All anyone needs to do is back up a few verses to the beginning of chapter 14. Jesus says He is leaving and tells His disciples they already know where He is going. They don’t.
“No we don’t know, Lord,” Thomas said. “We have no idea where you are going, so how can we know the way?” (John 14:5) Then the famous verse 6 reveals something incredible.
They’ve been following the way this whole time.
It’s kind of like Dorothy and the ruby slippers. She had the way home all along. The disciples had been walking, eating, traveling, and fellowshipping with the way all along.
Jesus follows his famous “way, truth, life” verse with something a bit more harsh: “If you had really known me, you would know who my Father is. From now on you do know him and have seen him.” (John 14:7)
Up to this point, Jesus had performed miracles, fed thousands, and displayed a humility that was unheard of for religious leaders of that time. The disciples should have known who He really was. But Jesus said they didn’t really know. If they did, they would know who the Father was and where Jesus was going. They would know the way.
Philip said, “Lord, show us the Father, and we will be satisfied.“ (John 14:8)
Philip needs proof. He doesn’t believe. He needs evidence. “Show us…”
Jesus replied, “Have I been with you all this time, Philip, and yet you still don’t know who I am? Anyone who has seen me has seen the Father! So why are you asking me to show him to you? Don’t you believe that I am in the Father and the Father is in me? The words I speak are not my own, but my Father who lives in me does his work through me. Just believe that I am in the Father and the Father is in me. Or at least believe because of the work you have seen me do.” (John 14:9-11)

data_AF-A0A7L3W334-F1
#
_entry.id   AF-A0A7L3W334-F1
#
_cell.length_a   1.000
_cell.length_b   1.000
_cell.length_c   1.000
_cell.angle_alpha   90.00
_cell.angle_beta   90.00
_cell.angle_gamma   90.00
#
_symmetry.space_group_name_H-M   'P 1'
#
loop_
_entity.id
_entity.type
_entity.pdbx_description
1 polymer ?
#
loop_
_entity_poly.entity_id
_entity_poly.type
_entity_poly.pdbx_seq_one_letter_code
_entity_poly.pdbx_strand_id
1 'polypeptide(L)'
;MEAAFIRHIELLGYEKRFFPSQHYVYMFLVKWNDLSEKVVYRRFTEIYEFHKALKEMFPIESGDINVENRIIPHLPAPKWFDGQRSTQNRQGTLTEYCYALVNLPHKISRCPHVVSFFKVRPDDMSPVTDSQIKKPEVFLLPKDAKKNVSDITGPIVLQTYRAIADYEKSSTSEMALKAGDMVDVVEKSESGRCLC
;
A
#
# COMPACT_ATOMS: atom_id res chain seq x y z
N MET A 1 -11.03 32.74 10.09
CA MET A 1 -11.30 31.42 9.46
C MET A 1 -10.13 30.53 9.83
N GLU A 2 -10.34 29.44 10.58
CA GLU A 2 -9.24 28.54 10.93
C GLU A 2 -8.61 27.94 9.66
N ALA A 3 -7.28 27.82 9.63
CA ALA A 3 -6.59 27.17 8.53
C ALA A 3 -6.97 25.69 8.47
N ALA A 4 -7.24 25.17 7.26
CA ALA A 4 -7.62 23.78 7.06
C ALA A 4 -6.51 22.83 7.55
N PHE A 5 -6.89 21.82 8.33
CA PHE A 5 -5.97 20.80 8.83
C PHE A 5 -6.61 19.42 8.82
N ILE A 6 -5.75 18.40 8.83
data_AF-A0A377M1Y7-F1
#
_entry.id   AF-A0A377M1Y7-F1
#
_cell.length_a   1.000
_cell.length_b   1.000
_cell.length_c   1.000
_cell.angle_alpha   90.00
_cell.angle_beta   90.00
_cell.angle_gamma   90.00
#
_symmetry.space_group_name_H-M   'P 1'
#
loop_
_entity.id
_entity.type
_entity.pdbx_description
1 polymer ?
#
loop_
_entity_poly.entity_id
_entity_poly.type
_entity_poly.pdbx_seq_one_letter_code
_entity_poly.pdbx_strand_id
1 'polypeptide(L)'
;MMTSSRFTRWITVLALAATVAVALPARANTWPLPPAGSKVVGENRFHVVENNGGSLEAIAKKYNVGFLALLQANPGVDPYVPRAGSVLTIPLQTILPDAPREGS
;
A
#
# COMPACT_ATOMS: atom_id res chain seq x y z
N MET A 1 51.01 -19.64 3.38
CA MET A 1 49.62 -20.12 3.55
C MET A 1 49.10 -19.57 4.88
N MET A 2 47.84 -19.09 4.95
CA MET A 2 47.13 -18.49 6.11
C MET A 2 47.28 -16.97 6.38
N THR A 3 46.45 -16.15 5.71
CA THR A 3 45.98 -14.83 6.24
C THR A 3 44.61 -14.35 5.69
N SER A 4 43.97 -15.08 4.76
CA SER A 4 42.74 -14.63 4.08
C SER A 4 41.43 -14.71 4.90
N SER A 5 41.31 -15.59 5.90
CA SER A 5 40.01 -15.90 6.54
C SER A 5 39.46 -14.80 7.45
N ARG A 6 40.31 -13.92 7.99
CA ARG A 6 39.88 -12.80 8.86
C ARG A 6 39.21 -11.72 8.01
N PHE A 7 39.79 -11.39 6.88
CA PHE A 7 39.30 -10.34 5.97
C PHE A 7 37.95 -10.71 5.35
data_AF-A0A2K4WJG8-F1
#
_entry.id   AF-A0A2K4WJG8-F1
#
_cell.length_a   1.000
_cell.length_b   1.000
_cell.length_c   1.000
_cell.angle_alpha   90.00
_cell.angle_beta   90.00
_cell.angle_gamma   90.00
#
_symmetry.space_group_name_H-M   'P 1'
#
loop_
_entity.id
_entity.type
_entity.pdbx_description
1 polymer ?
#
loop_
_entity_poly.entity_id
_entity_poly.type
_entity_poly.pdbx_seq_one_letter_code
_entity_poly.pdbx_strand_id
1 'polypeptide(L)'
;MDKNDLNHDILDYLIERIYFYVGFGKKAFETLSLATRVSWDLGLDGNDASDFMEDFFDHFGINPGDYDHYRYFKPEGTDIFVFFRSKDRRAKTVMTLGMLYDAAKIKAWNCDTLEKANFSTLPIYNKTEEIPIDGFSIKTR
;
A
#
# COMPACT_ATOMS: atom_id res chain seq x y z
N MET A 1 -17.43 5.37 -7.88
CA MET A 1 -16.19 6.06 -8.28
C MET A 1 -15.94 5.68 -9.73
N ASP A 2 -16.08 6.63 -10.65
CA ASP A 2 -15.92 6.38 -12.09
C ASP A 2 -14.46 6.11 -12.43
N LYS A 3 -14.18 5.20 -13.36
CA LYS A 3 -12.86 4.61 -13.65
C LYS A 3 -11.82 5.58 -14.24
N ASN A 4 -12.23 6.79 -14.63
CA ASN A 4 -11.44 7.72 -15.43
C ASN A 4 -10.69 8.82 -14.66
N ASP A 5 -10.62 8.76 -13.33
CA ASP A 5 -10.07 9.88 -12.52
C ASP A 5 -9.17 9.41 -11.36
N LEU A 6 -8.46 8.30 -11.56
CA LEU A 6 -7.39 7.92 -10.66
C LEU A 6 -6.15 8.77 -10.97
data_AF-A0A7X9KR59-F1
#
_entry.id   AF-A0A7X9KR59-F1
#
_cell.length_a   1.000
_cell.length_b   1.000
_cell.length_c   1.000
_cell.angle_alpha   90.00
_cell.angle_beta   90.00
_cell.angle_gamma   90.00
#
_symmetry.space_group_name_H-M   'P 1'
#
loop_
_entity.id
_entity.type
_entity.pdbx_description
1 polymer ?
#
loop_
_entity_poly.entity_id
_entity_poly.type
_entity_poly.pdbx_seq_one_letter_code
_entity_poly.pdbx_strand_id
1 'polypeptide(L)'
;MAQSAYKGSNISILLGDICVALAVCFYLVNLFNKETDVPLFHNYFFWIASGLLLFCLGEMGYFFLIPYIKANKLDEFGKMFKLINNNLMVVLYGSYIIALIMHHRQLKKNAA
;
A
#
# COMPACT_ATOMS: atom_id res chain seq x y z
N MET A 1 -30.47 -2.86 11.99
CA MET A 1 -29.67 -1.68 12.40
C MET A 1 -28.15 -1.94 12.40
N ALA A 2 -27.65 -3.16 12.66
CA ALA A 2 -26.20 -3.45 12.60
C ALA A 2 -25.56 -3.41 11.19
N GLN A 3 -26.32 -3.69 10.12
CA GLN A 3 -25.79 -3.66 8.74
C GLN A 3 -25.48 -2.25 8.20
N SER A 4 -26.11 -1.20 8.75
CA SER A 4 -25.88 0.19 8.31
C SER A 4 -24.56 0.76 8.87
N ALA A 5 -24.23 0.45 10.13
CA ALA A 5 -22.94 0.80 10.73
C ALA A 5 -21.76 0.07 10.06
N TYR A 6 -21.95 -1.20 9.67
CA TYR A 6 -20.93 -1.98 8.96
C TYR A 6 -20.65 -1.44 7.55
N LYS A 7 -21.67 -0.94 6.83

Jesus is the proof. Jesus is the evidence. Jesus is the way. [Tweet that!]
It gets better.
“I tell you the truth, anyone who believes in me will do the same works I have done, and even greater works, because I am going to be with the Father. You can ask for anything in my name, and I will do it, so that the Son can bring glory to the Father. Yes, ask me for anything in my name, and I will do it!” (John 14:12-14).
Jesus is the proof. Jesus is the evidence. Jesus is the way.
And if you truly believe this, believe that Jesus and the Father are one, then you will do great things in His name, things that will bring glory to God, and you will do even greater things!
How incredible is that! Jesus told this to a group of doubting, confused, apprehensive, offended, skeptical men who, regardless of their faults, chose to follow Him. And they still doubted, all they way up until his promised resurrection. But if you read the book of Acts, their doubt had become faith strong enough to endure persecution, humiliation, and even execution.
And Jesus tells us now, “I am the proof. I am the evidence. I am the way. Believe in me. Follow me. And you will see the Father.”
I am done with memorizing single verses of scripture. To truly experience the Word of God, I want to read, study, examine, analyze, meditate on every book, every chapter, every page. I want to experience its living breath, to let it pierce my soul and guide my steps as I follow Jesus.
I encourage you to do the same.